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Fiscal Strategy Model

Page updated 23 Aug 2017

The Fiscal Strategy Model (FSM) projects the financial performance and the financial position of the government over a medium-term horizon and is published with the latest Economic and Fiscal Update.

Fiscal Strategy Model Projections

The principal purpose of the FSM is to produce the post-forecast fiscal projections.

The Pre-election Economic and Fiscal Update (PREFU) 2017 updated version of the FSM is published here on the Treasury's website.

The projections:

  • begin from the end of the five-year forecasts in Economic and Fiscal Updates (EFUs) and normally cover a period of ten years beyond that
  • are strongly influenced by the EFU economic and fiscal forecasts that provide their base
  • rely on long-term assumptions such as future population growth and economic growth
  • include some degree of recovery to these long-term assumptions in the early years of the projections, if the long-term rates or levels have not been reached at the end of the forecast period
  • grow operating allowances from the first projection year (at a prescribed rate) so that core Crown expenses stabilise at around 27% of GDP (refer to note below)
  • grow capital allowances from the first projection year (at a prescribed rate) so as to keep net core Crown debt within the target range of 10 – 15% of GDP between 2025 and 2028 (refer to note below)
  • are consistent with the Government’s approach to fiscal management as the increase in the capital allowance represents the amount of fiscal headroom the Government has after expenses as a share of GDP are stabilised (refer to note below), and
  • are required to be published annually, as part of the Fiscal Strategy Report, under the Public Finance Act (1989).

Please note: In the 2017 PREFU FSM, core Crown expenses rise a little above 27% of GDP and net core Crown debt drops below 10% before 2028. This is because the Budget 2017 projection assumptions that achieved these outcomes have not been altered for PREFU 2017. Therefore, for the 2017 PREFU FSM, the increase in the capital allowance does not represent the Government’s fiscal headroom based on its spending and debt targets. It is likely these assumptions will be revisited at the Half Year Economic and Fiscal Update 2017 of the FSM to ensure the expense and debt targets are achieved.

Gross sovereign-issued debt (GSID) stabilises at 20% of GDP, which reflect the policy to maintain core Crown borrowings at around this percentage of GDP once debt has been reduced from current levels. When this occurs the FSM logic assumes that funds that would normally be used to reduce debt are now channelled into building up financial assets.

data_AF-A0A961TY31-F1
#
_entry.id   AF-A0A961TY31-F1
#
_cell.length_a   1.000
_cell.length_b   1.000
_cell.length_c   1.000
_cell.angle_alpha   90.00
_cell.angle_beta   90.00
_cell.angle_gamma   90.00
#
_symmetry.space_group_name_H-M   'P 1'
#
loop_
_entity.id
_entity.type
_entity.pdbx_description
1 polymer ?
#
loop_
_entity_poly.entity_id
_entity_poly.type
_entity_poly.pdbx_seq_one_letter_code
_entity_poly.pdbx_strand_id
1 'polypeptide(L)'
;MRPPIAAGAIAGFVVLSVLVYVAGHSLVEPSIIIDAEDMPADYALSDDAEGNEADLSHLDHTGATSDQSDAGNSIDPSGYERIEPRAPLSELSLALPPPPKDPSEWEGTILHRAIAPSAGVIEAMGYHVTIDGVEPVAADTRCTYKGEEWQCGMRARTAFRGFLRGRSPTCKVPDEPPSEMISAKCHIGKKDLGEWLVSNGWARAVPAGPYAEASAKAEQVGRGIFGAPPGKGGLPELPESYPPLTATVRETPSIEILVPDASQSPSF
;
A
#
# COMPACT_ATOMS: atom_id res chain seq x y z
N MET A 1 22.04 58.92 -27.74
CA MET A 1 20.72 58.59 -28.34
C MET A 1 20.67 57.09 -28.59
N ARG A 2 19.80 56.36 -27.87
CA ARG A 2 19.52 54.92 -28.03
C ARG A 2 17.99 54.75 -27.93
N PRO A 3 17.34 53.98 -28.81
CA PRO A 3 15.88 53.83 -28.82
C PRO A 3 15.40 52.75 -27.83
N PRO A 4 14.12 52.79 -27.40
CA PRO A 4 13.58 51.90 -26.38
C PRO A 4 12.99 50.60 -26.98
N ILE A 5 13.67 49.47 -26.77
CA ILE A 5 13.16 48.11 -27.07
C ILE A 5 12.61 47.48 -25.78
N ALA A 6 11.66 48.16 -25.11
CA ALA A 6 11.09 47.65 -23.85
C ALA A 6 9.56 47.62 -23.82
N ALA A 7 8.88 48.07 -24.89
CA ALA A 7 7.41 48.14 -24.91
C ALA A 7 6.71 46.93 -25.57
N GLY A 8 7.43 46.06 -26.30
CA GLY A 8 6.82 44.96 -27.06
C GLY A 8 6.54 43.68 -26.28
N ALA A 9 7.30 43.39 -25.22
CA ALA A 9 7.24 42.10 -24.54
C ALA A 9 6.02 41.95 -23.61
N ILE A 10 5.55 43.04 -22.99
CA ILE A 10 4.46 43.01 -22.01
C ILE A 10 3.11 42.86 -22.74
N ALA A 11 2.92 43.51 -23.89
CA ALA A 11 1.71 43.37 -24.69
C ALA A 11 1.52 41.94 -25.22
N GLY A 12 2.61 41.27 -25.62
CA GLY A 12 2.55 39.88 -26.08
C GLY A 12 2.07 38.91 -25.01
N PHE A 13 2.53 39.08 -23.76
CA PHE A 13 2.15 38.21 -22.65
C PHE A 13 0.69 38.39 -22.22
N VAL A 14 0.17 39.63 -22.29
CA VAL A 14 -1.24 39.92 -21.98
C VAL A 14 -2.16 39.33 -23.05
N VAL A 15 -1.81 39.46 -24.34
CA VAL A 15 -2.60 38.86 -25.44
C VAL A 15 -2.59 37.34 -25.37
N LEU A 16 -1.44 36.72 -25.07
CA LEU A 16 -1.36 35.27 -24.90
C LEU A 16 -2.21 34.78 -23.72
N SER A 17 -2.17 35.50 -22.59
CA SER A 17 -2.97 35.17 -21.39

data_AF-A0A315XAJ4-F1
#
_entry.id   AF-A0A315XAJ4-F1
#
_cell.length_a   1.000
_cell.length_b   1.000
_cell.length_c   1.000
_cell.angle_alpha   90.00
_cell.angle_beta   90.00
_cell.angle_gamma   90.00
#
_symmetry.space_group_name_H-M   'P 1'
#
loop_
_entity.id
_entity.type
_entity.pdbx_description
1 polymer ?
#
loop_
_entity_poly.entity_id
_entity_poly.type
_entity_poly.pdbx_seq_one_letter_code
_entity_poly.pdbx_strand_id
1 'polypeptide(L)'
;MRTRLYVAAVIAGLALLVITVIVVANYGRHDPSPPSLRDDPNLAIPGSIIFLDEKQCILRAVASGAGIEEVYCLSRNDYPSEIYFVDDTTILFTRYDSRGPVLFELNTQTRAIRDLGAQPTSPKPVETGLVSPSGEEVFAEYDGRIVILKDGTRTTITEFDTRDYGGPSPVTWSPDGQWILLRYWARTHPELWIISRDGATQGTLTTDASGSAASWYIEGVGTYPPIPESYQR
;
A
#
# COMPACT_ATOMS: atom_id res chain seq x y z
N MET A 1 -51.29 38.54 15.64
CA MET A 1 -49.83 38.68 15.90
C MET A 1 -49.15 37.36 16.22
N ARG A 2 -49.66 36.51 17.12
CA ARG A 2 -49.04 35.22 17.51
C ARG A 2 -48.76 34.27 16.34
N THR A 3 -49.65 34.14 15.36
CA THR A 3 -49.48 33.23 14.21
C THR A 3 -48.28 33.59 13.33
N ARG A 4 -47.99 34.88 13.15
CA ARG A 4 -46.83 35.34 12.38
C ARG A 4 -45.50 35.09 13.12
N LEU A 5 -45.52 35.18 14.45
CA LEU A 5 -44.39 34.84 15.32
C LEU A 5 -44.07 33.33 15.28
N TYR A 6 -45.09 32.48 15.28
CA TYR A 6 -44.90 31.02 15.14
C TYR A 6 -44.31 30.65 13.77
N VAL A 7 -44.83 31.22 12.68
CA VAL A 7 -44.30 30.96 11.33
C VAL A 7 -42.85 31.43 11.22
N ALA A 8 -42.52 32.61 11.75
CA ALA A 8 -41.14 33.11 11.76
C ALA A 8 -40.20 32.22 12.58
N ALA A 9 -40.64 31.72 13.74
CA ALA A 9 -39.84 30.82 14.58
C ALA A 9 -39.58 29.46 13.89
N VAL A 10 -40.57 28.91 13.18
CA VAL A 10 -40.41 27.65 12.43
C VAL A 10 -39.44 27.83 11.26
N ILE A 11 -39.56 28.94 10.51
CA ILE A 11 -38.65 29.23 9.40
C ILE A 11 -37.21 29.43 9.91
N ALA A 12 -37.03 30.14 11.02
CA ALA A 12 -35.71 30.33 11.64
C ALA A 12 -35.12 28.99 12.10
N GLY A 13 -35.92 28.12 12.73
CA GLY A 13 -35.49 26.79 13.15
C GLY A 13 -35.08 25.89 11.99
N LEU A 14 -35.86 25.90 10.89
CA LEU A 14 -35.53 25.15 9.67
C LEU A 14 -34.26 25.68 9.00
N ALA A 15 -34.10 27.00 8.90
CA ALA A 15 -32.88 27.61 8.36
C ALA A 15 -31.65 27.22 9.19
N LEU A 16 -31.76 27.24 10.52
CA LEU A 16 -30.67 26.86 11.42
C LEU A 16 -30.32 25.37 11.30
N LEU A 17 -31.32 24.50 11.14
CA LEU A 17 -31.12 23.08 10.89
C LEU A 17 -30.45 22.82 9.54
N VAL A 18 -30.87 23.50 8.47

Also downloadable from the section below is a note Projection Assumptions PREFU 2017. This provides further information about the post-forecast projections, including detailing some of the key assumptions and providing data tables for both economic and fiscal variable projections.

Download the Fiscal Strategy Model

This model is a special purpose document and cannot be provided in HTML format or CSV format.
Using MS Excel Files

Notes for this Version of the Fiscal Strategy Model

  • Scenarios for different levels of operating expenses and revenue, and different NZS Fund tracks, can be tested using the Fiscal Forecast Adjuster and NZS Fund Adjuster worksheets of the FSM. The output of these scenarios can be modelled in the Option worksheet.

Other Treasury Models

The Long-Term Fiscal Model

Treasury produces another model that projects fiscal and economic variables beyond the forecasts. It is called the Long-Term Fiscal Model (LTFM).

The LTFM differs from the FSM in that:

  • modelling for the LTFM extends at least as far as the year ending June 2060
  • the LTFM's projections are not intended to assess the Government's fiscal strategy
  • in regard to the last point, the LTFM projects individual operating and capital expenditure classes with their own particular cost drivers, such as changes in the recipient population and expense growth factors based on historical averages, rather than restricting their growth to a share of projected operating or capital allowances, and
  • the LTFM has more modelling capability so that it can, for example, produce scenarios where debt is constrained and some other fiscal variable, such as expenditure or tax revenue, becomes the balancing output.

New Zealand Superannuation (NZS) Fund Contribution Rate Model

The projected required contributions track from the Treasury's New Zealand Superannuation (NZS) Fund Contribution Rate Model is an input into the LTFM and the FSM.

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